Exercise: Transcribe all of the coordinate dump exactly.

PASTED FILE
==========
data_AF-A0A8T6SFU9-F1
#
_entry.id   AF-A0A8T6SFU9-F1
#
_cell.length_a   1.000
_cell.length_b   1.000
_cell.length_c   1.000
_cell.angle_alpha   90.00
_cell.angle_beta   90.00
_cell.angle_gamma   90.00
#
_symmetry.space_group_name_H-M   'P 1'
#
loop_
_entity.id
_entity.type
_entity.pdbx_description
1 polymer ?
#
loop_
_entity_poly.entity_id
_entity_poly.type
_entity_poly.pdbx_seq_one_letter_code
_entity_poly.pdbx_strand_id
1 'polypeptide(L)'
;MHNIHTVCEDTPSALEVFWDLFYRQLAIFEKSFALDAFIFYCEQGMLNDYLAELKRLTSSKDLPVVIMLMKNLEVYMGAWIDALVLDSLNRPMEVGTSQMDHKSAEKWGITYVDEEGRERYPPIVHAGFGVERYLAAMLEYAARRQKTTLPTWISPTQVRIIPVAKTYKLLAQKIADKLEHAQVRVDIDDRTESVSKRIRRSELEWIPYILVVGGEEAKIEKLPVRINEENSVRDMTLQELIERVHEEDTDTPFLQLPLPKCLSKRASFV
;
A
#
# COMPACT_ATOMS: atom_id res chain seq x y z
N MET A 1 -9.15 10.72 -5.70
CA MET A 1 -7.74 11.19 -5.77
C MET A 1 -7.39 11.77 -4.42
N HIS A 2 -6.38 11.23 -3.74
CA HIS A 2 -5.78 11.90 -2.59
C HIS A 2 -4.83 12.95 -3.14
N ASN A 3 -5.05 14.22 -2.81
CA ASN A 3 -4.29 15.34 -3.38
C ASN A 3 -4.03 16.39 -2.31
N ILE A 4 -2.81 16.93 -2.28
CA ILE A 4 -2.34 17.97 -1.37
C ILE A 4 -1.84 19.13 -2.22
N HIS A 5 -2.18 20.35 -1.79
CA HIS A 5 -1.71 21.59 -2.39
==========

data_AF-A0A8T6SFU9-F1
#
_entry.id   AF-A0A8T6SFU9-F1
#
_cell.length_a   1.000
_cell.length_b   1.000
_cell.length_c   1.000
_cell.angle_alpha   90.00
_cell.angle_beta   90.00
_cell.angle_gamma   90.00
#
_symmetry.space_group_name_H-M   'P 1'
#
loop_
_entity.id
_entity.type
_entity.pdbx_description
1 polymer ?
#
loop_
_entity_poly.entity_id
_entity_poly.type
_entity_poly.pdbx_seq_one_letter_code
_entity_poly.pdbx_strand_id
1 'polypeptide(L)'
;MHNIHTVCEDTPSALEVFWDLFYRQLAIFEKSFALDAFIFYCEQGMLNDYLAELKRLTSSKDLPVVIMLMKNLEVYMGAWIDALVLDSLNRPMEVGTSQMDHKSAEKWGITYVDEEGRERYPPIVHAGFGVERYLAAMLEYAARRQKTTLPTWISPTQVRIIPVAKTYKLLAQKIADKLEHAQVRVDIDDRTESVSKRIRRSELEWIPYILVVGGEEAKIEKLPVRINEENSVRDMTLQELIERVHEEDTDTPFLQLPLPKCLSKRASFV
;
A
#
# COMPACT_ATOMS: atom_id res chain seq x y z
N MET A 1 -9.15 10.72 -5.70
CA MET A 1 -7.74 11.19 -5.77
C MET A 1 -7.39 11.77 -4.42
N HIS A 2 -6.38 11.23 -3.74
CA HIS A 2 -5.78 11.90 -2.59
C HIS A 2 -4.83 12.95 -3.14
N ASN A 3 -5.05 14.22 -2.81
CA ASN A 3 -4.29 15.34 -3.38
C ASN A 3 -4.03 16.39 -2.31
N ILE A 4 -2.81 16.93 -2.28
CA ILE A 4 -2.34 17.97 -1.37
C ILE A 4 -1.84 19.13 -2.22
N HIS A 5 -2.18 20.35 -1.79
CA HIS A 5 -1.71 21.59 -2.39